Rufus, time for walkies!
This is Sandra Tsing Loh with the Loh Down on Science.
Let’s go, boy – time to do your DUTY! Once we’re outside among the trees, it’s potty break. Dog poop has chemicals – like nitrogen and phosphorus – that make plants grow. So should I pick it up … or leave it …?
Enter Pieter De Frenne from Ghent University in Belgium and team.
They counted the number of pet dogs that visited four nature reserves near Belgium. Then, they calculated how much phosphorus and nitrogen each potty break added to the soil. Finally, they created computer models to estimate the overall nutrients produced.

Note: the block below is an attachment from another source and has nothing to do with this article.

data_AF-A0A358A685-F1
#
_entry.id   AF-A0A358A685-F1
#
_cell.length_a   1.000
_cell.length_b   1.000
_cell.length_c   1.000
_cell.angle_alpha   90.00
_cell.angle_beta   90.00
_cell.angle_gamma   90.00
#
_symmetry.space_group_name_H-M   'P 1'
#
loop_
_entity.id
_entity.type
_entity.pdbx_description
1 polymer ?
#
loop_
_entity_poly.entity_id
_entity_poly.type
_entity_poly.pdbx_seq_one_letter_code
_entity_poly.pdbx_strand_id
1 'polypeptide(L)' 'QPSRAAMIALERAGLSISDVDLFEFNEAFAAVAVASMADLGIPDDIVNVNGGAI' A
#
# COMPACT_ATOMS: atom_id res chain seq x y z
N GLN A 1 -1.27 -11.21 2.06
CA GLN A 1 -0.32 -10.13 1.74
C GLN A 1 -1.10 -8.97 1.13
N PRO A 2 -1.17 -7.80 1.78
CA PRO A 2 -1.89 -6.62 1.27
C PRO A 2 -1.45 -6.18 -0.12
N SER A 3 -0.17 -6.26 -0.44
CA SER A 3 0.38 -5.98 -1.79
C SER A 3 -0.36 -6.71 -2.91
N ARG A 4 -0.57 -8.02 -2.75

Results? Dog waste produced ten pounds of nitrogen and four pounds of phosphorus per acre. Yes those chemicals help plants, but that Is WAY too much! When owners pick up after their pups? Half of the nitrogen and almost all phosphorus – GONE!
Turns out, dog poo could OVER-fertilize parks and cause damage to the environment!
So be a good neighbor – pick, bag, and bin!
Reference: De Frenne, P., Cougnon, M., Janssens, G. P. J., & Vangansbeke, P. (2022). Nutrient fertilization by dogs in peri-urban ecosystems. Ecological Solutions and Evidence, 3, e12128. https://doi.org/10.1002/2688-8319.12128